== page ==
Kazakh probe hits Uranium One stock

May 29, 2009. Independent Online 

By Justin Brown

Kazakh probe hits Uranium One stockUranium One’s shares have plunged about 41 percent on the JSE since Kazakhstan announced on Wednesday that the former head of its nuclear energy company was being investigated for embezzling shares in a company partly owned by Uranium One.

The group said yesterday it was aware that the Kazakh authorities were conducting an investigation into “certain activities” of Kazatomprom, the state-run nuclear energy firm.

“The terms of reference of this investigation have not been disclosed, but the company and its Kazakh joint ventures are co-operating with the Kazakh authorities in their investigation,” Uranium One said.

“Senior officials of Uranium One have requested a meeting with the new administration of Kazatomprom next week in Kazakhstan,” it added.

Bloomberg reported this week that Mukhtar Dzhakishev, who was arrested earlier this week, abused his position as Kazatomprom’s chief executive and embezzled state shares in large uranium deposits by transferring them to offshore companies.

Uranium One noted that reports indicated that the Kazakh authorities had said the group’s interest in the Kyzylkum joint venture might be probed.

The group holds a 30 percent interest in the Kyzylkum joint venture, which owns the Kharasan project in Kazakhstan.

The rest of the joint venture is owned by Kazatomprom (30 percent) and by a Japanese consortium consisting of power utilities and a trading company.

Uranium One’s Kazakh assets were acquired in April 2007 from UrAsia Energy, which had bought them from a group of Kazakh investors in November 2005.

The Kharasan project was expected to produce 5.2 million pounds of uranium a year by 2012. Last year it produced 31 200 pounds. Uranium One forecast output at Kharasan of 650 000 pounds this year.

The Financial Times reported that Kazakh opposition activists had said the arrest of Dzhakishev was politically motivated and reflected a rush by the Kazakh elite to assert control over strategic industries.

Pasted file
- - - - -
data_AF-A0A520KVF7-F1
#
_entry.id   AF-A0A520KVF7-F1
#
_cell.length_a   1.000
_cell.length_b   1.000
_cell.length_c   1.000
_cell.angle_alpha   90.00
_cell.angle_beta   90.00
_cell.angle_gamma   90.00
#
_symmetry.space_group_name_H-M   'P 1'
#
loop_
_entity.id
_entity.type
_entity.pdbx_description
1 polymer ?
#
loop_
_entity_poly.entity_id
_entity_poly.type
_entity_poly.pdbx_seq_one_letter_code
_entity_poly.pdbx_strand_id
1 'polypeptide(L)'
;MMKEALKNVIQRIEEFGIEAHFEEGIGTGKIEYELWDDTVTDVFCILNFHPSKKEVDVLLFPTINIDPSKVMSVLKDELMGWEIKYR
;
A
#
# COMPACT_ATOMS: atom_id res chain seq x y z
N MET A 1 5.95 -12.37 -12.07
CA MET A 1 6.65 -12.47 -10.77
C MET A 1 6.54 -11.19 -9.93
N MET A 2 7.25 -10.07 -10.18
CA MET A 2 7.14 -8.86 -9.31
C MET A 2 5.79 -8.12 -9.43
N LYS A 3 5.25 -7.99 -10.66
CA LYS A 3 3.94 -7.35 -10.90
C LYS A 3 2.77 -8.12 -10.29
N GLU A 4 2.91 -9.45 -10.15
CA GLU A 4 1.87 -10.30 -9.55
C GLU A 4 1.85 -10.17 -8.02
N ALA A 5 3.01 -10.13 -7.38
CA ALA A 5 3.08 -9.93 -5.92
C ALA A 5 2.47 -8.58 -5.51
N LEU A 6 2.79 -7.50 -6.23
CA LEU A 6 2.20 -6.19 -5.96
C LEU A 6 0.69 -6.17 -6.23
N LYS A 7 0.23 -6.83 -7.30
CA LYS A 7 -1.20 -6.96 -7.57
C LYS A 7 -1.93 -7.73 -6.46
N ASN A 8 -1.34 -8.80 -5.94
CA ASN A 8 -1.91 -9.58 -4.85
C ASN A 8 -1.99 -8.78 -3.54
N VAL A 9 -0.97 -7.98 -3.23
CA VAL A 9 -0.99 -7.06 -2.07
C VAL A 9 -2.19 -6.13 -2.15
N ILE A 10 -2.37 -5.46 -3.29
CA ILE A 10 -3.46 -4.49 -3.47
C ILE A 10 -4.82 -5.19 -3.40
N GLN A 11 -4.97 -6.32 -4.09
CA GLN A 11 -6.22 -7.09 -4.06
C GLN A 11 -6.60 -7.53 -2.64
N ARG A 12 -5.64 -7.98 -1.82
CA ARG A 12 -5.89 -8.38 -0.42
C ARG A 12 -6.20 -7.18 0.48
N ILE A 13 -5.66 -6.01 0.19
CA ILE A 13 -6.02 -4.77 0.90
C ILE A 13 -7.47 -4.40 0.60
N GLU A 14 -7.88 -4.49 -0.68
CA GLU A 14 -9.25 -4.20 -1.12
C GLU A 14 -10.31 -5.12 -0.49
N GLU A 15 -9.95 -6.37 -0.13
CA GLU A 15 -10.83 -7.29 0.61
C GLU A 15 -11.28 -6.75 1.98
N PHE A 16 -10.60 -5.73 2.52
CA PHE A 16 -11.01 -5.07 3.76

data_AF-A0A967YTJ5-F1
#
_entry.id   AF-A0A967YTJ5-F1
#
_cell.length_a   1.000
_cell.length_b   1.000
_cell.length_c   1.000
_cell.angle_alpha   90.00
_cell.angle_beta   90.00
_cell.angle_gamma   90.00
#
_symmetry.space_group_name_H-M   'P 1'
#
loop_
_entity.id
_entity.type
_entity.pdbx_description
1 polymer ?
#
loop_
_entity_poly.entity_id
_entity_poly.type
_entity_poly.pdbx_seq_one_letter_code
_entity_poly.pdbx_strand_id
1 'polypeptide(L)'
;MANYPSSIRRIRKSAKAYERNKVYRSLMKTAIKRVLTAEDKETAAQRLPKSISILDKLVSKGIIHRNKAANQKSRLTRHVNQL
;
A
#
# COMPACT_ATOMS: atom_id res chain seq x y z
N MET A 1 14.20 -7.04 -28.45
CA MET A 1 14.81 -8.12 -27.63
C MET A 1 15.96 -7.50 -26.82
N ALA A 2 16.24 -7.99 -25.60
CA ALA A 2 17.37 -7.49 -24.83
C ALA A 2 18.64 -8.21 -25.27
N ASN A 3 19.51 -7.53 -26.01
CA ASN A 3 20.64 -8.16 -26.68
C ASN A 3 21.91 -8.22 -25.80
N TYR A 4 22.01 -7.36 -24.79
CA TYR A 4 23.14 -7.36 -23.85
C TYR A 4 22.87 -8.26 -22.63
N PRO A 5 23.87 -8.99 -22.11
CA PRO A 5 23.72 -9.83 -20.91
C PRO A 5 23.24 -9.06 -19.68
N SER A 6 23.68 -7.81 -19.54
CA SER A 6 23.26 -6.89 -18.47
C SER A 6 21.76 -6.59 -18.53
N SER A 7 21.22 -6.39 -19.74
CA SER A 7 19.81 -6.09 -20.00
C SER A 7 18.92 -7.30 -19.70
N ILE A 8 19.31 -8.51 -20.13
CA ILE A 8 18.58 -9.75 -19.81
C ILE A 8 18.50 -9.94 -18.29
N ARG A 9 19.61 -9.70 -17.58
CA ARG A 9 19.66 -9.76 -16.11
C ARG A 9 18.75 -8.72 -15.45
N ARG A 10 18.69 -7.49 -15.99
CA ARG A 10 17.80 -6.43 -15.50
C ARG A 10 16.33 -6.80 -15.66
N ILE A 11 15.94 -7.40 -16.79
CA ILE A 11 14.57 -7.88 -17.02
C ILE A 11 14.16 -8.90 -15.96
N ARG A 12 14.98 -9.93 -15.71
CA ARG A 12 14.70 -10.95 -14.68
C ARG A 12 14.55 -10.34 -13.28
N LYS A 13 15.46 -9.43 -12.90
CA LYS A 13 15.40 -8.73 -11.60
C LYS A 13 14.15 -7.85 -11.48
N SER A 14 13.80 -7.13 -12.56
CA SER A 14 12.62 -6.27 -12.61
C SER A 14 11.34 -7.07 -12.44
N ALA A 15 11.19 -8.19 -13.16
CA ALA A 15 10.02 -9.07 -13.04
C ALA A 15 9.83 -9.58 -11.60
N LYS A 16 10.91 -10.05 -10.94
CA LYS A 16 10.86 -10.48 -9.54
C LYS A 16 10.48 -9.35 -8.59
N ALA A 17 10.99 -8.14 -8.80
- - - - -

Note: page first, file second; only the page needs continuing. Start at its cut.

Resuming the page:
Kazakhstan has an authoritarian ruler in President Nursultan Nazarbayev, who has ruled the country since its independence from the Soviet Union in 1991.

Bloomberg quoted Kazakhstan’s National Security Committee as saying that in 2005, on Dzhakishev’s orders, Kazatomprom sold a 30 percent stake in Kyzylkum, a joint venture with Uranium One’s UrAsia, for 15.6 million tenge (R870 000 at yesterday’s exchange rate).

“Proof of illegal transfer of mining rights for other deposits was also uncovered,” the committee said.

In 2007 Dzhakishev and Kazatomprom denied media reports of alleged illegal sales of uranium mines to foreign companies, calling them “absurd”, Bloomberg reported.

Kazakhstan is the second-biggest producer of uranium, with 16 percent of global output in 2007.

Uranium One’s shares fell as much as 19 percent on the JSE yesterday before recovering to close 4.9 percent lower at R17.50, which valued the group at R8.26 billion.

The stock had closed at R25.32 on Tuesday, before the news of the Kazatomprom investigation broke.

One analyst, who wished to remain anonymous, said details of what was happening in Kazakhstan were sketchy and the sharp fall in Uranium One’s shares could be an overreaction.

Uranium One has a secondary listed on the Toronto Stock Exchange.

The only other Toronto-listed mining company with uranium interests in Kazakhstan is Cameco.

Over the past two days Cameco’s shares in Toronto have risen 1 percent to C$29.39 (R217).

A Canadian analyst said Cameco’s shares had been unaffected by events in Kazakhstan because only a small part of group’s profits were generated in the country.

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